Last updated at Wed, 13 Dec 2023 23:33:41 GMT

Most recently, I was on what appeared to be a normal web application penetration test. Typically, our clients will provide us with a few user accounts, such as an admin account and maybe a few different user roles. They’ll also give us any relevant API documentation and examples, or design information. However, one thing that stood out to me in the documentation of the application was how by design, the application specifically allowed for uploading XML files. Once I began going through the usual web application testing methodology and got a feel for the application, I began creating specifically crafted XML files that would allow for XML External Entity processing.

If you’re not familiar with how XML External Entity processing attacks work, it goes something like this: A penetration tester, or malicious actor, will target application functionality that allows for the processing of malicious XML data by a weakly configured XML parser. If the malicious XML is successfully processed by the XML parser, the tester may introduce external entities into their payload, which could allow them to retrieve the web application server’s system files (think /etc/passwd), or perform Server Side Request Forgery (SSRF) attacks, instructing the web application server to make any HTTP request to any desired URL, given there isn’t any network egress filter server-side.

Since I knew that the web application accepted XML, I wanted to see whether it would blindly accept malicious XML that would make a request to a Rapid7-controlled web server. First, I crafted an XML file that would simply instruct the web application server to make a GET request to me. On my jump box, I fired up a simple temporary web server, then submitted the malicious XML to the web application. Instantly, I received an ‘GET’ request from an IP address. After a quick verification, I confirmed that it was the web application server’s IP address!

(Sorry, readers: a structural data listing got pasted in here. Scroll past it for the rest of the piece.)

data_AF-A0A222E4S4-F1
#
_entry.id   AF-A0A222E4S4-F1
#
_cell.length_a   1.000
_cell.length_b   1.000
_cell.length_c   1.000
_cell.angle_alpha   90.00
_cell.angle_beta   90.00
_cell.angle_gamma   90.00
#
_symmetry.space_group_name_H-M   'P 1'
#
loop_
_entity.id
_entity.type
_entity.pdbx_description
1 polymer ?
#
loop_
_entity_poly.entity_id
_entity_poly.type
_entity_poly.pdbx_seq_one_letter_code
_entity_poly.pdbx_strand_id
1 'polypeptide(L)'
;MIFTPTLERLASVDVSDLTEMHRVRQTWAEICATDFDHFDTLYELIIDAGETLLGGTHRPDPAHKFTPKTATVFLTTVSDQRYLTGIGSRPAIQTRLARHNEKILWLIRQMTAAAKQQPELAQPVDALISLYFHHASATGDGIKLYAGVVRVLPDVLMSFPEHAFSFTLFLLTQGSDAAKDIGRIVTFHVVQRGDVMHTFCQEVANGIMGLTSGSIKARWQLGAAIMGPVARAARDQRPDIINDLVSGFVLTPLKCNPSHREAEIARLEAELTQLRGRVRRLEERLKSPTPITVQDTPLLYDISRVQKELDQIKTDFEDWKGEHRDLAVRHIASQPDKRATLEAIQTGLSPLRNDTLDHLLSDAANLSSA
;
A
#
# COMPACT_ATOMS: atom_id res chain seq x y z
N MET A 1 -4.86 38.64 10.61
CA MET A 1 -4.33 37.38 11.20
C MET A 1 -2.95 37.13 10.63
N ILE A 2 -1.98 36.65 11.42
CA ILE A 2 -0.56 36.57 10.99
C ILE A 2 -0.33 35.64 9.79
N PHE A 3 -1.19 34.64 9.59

After knowing that the web application accepted my malicious XML file, I wanted to demonstrate additional risk and see whether I could perform additional actions, such as the SSRF attack mentioned previously. After a quick discussion and recommendations with some team members, I again crafted a new XML file, but this time, I defined the XML file to instruct the web application server to attempt the retrieval of a nonexistent file on my jump box. The web application server was Windows, so we knew that if the attack was successful, it would also transmit Windows NTLM hashes to me. Next, I fired up Responder, a program that allows for capturing Windows hashes, on my server and uploaded the payload to the application, which then successfully transmitted the web server’s hashed Windows credentials to me! However, the credentials were for a Windows machine account, which are notoriously difficult to crack during a reasonable time of a web application penetration test. However, my client responded positively and worked with us to resolve the vulnerability in a couple of days.

While we do not come across this type of vulnerability in every application assessment, you can bet that it’s something we always test for, especially if an application allows for uploading content or submission of XML through an endpoint. We believe that the demonstration of risk by combining XML with SSRF also translated the level of severity to the client and allowed them to dedicate resources to the application to resolve the issue immediately. This is one of the most rewarding aspects of penetration testing, when you can see your work making a positive impact and improving security postures, where possible.

Interested in learning more about how Rapid7 pen testers conduct their assessments? Check back every week for a new story in the series.